DNS Discovery Setup Guide
This document explains how to set up an EIP 1459 node list using the devp2p developer tool. The focus of this guide is creating a public list for the Ethereum mainnet and public testnets, but you may also find this helpful if you want to set up DNS-based discovery for a private network.
DNS-based node lists can serve as a fallback option when connectivity to the discovery DHT is unavailable. In this guide, we’ll create node lists by crawling the discovery DHT, then publishing the resulting node sets under chosen DNS names.
Installing the devp2p command
cmd/devp2p is a developer utility and is not included in the Geth distribution. You can
install this command using
go get -u github.com/ethereum/go-ethereum/cmd/devp2p
To create a signing key, you might also need the
go get -u github.com/ethereum/go-ethereum/cmd/ethkey
Crawling the v4 DHT
Our first step is to compile a list of all reachable nodes. The DHT crawler in cmd/devp2p is a batch process which runs for a set amount of time. You should should schedule this command to run at a regular interval. To create a node list, run
devp2p discv4 crawl -timeout 30m all-nodes.json
This walks the DHT and stores the set of all found nodes in the
Subsequent runs of the same command will revalidate previously discovered node records,
add newly-found nodes to the set, and remove nodes which are no longer alive. The quality
of the node set improves with each run because the number of revalidations is tracked
alongside each node in the set.
Creating sub-lists through filtering
all-nodes.json has been created and the set contains a sizeable number of nodes,
useful sub-sets of nodes can be extracted using the
devp2p nodeset filter command. This
command takes a node set file as argument and applies filters given as command-line flags.
To create a filtered node set, first create a new directory to hold the output set. You can use any directory name, though it’s good practice to use the DNS domain name as the name of this directory.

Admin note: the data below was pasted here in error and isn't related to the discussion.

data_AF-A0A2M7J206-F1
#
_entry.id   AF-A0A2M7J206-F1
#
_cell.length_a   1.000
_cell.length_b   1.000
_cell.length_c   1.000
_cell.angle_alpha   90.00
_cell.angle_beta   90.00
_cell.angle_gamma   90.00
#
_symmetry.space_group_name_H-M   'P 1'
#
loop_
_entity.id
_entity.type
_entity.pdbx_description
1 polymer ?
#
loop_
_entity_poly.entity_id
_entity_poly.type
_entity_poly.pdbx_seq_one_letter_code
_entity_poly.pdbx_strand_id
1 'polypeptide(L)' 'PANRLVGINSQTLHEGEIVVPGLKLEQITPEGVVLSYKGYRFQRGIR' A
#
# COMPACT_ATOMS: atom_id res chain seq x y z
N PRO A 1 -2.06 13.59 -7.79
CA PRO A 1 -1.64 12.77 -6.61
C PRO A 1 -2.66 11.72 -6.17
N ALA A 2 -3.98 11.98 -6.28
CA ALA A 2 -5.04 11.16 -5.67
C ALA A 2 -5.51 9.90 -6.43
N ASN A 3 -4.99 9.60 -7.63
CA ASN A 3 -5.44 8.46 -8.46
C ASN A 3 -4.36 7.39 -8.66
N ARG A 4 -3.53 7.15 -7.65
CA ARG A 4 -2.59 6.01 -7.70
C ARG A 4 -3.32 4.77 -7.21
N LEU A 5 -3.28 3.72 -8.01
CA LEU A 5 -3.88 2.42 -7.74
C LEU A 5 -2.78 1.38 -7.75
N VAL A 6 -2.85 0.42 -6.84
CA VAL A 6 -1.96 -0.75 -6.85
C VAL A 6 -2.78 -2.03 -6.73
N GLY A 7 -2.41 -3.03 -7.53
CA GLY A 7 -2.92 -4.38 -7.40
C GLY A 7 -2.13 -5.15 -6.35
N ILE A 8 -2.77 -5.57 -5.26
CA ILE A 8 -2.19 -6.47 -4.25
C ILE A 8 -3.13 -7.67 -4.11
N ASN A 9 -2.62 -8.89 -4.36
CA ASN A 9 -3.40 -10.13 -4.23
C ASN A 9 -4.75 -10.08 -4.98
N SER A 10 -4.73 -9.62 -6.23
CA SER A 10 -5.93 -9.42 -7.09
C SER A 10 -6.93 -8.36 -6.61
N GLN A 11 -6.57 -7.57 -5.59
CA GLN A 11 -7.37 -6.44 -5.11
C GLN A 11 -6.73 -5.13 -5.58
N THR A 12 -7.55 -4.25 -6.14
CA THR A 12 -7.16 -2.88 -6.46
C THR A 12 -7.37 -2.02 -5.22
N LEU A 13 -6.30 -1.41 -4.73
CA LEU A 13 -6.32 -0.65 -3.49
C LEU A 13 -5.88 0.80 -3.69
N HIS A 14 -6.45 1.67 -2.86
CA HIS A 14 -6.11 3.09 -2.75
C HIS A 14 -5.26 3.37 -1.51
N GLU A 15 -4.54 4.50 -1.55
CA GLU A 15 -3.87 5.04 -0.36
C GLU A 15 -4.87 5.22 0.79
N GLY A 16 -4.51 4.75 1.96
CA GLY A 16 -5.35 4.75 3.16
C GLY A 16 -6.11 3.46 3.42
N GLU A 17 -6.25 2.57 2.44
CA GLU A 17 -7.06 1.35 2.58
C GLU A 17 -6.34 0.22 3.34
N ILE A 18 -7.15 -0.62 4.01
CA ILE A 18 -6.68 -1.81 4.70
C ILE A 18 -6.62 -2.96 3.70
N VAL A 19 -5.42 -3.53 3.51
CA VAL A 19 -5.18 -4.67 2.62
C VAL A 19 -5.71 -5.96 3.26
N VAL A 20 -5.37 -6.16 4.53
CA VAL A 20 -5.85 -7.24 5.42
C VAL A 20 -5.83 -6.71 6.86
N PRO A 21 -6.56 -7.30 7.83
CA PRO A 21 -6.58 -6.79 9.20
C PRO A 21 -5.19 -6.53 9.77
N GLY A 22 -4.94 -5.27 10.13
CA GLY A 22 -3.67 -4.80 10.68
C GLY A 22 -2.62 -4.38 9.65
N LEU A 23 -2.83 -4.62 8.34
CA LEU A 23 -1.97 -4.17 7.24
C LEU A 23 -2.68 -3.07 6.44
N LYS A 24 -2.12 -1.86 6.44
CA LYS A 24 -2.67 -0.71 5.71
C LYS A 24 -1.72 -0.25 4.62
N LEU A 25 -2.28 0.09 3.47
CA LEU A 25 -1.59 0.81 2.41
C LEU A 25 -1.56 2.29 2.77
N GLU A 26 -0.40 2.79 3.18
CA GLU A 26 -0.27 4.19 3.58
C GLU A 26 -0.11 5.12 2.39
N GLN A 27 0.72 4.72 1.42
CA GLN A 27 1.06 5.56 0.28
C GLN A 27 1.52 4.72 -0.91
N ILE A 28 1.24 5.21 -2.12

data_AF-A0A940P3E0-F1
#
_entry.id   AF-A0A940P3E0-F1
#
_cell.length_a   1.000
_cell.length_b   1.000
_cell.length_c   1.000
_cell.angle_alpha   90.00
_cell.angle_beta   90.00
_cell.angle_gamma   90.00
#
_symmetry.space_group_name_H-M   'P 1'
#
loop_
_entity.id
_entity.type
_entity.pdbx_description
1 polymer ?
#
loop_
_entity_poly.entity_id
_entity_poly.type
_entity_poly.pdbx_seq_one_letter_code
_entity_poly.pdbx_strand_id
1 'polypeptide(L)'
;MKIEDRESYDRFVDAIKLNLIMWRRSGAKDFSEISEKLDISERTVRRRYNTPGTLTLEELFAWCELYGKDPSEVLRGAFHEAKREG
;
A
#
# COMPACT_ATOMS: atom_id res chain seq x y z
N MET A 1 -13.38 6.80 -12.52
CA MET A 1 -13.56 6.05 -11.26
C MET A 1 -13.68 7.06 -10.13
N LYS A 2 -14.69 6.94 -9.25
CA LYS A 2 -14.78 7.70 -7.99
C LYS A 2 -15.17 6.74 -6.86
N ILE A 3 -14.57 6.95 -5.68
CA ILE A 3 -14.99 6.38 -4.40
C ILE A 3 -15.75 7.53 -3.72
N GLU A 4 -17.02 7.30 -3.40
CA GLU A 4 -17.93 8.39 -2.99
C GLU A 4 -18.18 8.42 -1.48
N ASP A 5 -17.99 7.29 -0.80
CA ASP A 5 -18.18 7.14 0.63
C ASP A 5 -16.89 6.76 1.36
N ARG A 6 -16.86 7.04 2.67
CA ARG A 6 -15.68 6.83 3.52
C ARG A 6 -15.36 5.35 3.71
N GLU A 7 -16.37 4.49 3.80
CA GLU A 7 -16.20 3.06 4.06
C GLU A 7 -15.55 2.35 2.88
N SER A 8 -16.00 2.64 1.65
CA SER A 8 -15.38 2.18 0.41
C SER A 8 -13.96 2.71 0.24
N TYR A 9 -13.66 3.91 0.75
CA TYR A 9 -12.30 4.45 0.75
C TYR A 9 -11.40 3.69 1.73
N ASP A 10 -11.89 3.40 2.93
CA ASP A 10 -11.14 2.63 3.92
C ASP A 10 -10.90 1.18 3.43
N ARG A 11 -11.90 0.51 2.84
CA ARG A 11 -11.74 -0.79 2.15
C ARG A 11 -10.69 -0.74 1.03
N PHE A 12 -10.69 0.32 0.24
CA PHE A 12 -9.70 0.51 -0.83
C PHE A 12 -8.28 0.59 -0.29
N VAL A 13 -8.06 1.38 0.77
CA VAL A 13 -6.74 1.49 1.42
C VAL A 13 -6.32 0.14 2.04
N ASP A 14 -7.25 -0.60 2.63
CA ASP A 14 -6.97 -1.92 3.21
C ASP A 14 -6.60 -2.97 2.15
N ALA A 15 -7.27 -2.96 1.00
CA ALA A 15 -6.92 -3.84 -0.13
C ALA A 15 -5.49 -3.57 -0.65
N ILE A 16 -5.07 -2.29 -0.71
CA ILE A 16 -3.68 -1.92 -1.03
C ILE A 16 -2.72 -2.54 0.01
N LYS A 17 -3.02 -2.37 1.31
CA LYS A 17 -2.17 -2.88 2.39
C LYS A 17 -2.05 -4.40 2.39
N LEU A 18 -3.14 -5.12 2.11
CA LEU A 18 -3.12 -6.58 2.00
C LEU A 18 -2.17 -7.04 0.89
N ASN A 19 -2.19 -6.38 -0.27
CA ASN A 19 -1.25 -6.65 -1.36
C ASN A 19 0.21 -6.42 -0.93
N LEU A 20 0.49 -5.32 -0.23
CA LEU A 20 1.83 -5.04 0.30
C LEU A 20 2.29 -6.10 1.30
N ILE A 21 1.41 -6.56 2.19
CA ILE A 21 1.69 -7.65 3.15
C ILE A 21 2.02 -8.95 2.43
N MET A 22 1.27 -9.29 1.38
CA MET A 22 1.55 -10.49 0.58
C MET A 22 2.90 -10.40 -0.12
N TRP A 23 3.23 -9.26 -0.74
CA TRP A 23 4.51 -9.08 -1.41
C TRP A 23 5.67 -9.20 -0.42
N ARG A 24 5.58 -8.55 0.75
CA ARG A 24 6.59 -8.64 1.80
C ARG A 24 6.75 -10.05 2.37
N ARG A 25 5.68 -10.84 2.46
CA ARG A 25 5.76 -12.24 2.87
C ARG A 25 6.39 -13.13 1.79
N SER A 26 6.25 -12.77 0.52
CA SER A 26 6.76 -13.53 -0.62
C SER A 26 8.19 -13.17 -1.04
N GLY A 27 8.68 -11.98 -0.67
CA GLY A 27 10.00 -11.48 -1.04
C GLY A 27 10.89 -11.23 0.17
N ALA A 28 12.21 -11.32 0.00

Then, to create the output set containing Ethereum mainnet nodes only, run
devp2p nodeset filter all-nodes.json -eth-network mainnet > mainnet.nodes.example.org/nodes.json
The following filter flags are available:
-eth-network ( mainnet | ropsten | rinkeby | goerli )selects an Ethereum network.
-les-serverselects LES server nodes.
-ip <mask>restricts nodes to the given IP range.
-min-age <duration>restricts the result to nodes which have been live for the given duration.
Creating DNS trees
To turn a node list into a DNS node tree, the list needs to be signed. To do this, you need a key pair. To create the key file in the correct format, you can use the cmd/ethkey utility. Please choose a good password to encrypt the key on disk.
ethkey generate dnskey.json
devp2p dns sign to update the signature of the node list. If your list’s
directory name differs from the name you want to publish it at, please specify the DNS
name the using the
-domain flag. This command will prompt for the key file password and
update the tree signature.
devp2p dns sign mainnet.nodes.example.org dnskey.json
The resulting DNS tree metadata is stored in the
Publishing DNS trees
Now that the tree is signed, it can be published to a DNS provider. cmd/devp2p currently supports publishing to CloudFlare DNS and Amazon Route53. You can also export TXT records as a JSON file and publish them yourself.
To publish to CloudFlare, first create an API token in the management console. cmd/devp2p
expects the API token in the
CLOUDFLARE_API_TOKEN environment variable. Now use the
following command to upload DNS TXT records via the CloudFlare API:
devp2p dns to-cloudflare mainnet.nodes.example.org
Note that this command uses the domain name specified during signing. Any existing records below this name will be erased by cmd/devp2p.
Using DNS trees with Geth
Once your tree is available through a DNS name, you can tell geth to use it with the
--discovery.dns command line flag. Node trees are referenced using the
scheme. You can find the URL of your tree in the
enrtree-info.json file created by
devp2p dns sign. Just pass the URL as an argument to the flag in order to make use of
the published tree.
geth --discovery.dns "enrtree://AMBMWDM3J6UY3M32TMMROUNLX6Y3YTLVC3DC6HN2AVG5NHNSAXDW6@mainnet.nodes.example.org"